Valuables – Some policies will offer cover for replacing certain items if they get damaged or stolen on your travels. This might include laptops, cameras, or jewellery, so if you’re taking anything that would be costly to replace – this is worth having! You may even be able to increase the cover if you’re taking more valuables than the policy includes.
Extreme sports/Adventure activities – Extreme sports or certain adventure activities may not be covered in some policies. If you’re planning on skydiving, skiing, or even driving a scooter while you’re on your trip, you may have to pay extra to have this covered.
When it comes to the pricing of policies, I honestly believe that you will get what you pay for in travel insurance. The cheaper the policy, the less it will cover, and the company will be less likely to pay out if you make a claim. If you renew multiple insurance policies every year (like travel and car insurance), then it’s worth looking into combining policies from the same insurance provider like AA Insurance as it can save you a ton of money.
Some other things that affect pricing include:
Excesses – Most travel insurance policies will have an excess, which means you will forfeit the excess amount (usually $100-$250) when you make a claim on the insurance.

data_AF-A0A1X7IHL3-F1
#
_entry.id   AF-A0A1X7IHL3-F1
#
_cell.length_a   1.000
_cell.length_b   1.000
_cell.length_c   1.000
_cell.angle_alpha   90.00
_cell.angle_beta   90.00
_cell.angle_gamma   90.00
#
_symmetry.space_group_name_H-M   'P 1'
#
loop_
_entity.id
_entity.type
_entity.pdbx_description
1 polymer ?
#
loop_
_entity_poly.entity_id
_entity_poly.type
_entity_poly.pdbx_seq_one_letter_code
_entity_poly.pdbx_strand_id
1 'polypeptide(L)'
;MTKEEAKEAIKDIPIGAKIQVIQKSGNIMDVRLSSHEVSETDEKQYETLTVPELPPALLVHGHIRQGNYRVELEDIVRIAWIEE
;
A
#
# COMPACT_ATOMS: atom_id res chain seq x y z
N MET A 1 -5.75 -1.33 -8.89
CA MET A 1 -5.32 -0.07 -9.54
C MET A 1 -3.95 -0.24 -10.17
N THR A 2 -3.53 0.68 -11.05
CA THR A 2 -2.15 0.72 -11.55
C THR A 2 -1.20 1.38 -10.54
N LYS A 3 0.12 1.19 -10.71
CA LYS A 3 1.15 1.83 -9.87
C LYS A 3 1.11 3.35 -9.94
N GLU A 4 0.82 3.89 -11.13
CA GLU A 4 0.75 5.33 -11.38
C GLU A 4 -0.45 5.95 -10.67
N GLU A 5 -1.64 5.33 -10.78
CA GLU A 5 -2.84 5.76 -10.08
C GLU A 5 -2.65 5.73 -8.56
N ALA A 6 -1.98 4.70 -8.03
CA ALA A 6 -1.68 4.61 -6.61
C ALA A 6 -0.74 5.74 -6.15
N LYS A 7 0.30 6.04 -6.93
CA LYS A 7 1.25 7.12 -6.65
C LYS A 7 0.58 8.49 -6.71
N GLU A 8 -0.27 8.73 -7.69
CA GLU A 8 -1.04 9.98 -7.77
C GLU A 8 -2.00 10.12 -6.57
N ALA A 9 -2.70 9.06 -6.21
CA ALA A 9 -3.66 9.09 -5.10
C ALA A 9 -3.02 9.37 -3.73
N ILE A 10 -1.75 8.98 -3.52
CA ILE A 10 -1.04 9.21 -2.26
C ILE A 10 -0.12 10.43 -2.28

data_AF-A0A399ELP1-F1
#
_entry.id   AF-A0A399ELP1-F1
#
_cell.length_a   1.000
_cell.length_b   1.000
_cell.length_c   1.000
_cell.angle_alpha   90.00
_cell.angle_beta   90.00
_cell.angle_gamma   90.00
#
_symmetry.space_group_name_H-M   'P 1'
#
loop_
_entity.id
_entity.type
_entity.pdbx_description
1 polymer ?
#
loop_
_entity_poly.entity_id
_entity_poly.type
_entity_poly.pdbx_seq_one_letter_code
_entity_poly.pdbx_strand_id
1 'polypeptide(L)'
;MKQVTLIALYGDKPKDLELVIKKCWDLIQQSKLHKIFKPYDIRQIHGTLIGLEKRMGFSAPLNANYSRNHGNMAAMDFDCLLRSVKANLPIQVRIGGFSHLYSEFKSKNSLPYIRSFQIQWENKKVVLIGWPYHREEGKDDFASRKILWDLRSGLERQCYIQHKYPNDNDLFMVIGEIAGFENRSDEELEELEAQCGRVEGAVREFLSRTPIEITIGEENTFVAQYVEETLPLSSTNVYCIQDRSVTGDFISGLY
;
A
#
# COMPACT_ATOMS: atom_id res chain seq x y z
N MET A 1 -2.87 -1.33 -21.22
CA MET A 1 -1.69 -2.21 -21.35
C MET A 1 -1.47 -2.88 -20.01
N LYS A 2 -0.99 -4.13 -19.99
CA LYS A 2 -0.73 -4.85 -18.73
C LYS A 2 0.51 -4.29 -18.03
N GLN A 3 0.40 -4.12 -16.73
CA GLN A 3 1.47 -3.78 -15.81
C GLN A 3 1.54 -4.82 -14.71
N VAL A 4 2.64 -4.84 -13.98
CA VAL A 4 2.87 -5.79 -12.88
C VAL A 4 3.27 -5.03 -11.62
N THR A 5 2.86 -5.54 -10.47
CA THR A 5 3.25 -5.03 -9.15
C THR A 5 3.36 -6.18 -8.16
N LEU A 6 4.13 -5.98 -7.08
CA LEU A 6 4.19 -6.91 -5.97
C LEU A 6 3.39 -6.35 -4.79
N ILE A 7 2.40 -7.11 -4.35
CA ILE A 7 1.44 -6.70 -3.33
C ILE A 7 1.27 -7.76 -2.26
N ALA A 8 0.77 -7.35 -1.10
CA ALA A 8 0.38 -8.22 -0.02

Some policies will allow you to change the excess amount. Lowering it means the price of the policy will go up, and increasing it means the policy cost will go down. You will have to judge whether you’re willing to forfeit that amount if you make a claim.
Coverage – Expensive policies might cover you for a vast range of things like losing your wallet in a nightclub to the doctors costs from getting a coin stuck up your nose, and some will be cheap as chips but will laugh in your face if you try to make a claim for absolutely anything. Again, you will have to decide what kind of cover you would like, and whether the price difference is worth it.
Limits – Some policies limit the amount they will pay out for each claim. Which is fine, but just be careful – you don’t want to have only $1000 luggage covered when you are taking $2500 worth of gear.
Things to look out for:
Short layovers between flights – If you’ve booked two flights on separate tickets and the time between them doesn’t meet the minimum connection time (usually 1-2 hours depending on the airport), you won’t be covered for costs if you miss the second flight due to the first one being delayed.
Breaking the law – I know this seems super obvious, but if you do something as simple as driving a scooter after you’ve been drinking alcohol or without a helmet when the law in the country says that’s not allowed, then your travel insurance company will use that as an excuse not to pay you for any claims you’ve made.
One last tip I’ll leave you with is to document everything – take photos of what’s in your luggage before you leave, and make sure you have receipts for all your valuables. And if something happens while you’re travelling, make sure you get a police report/written letter from the venue or someone’s contact details for later. This will make it much easier if you need to make a claim.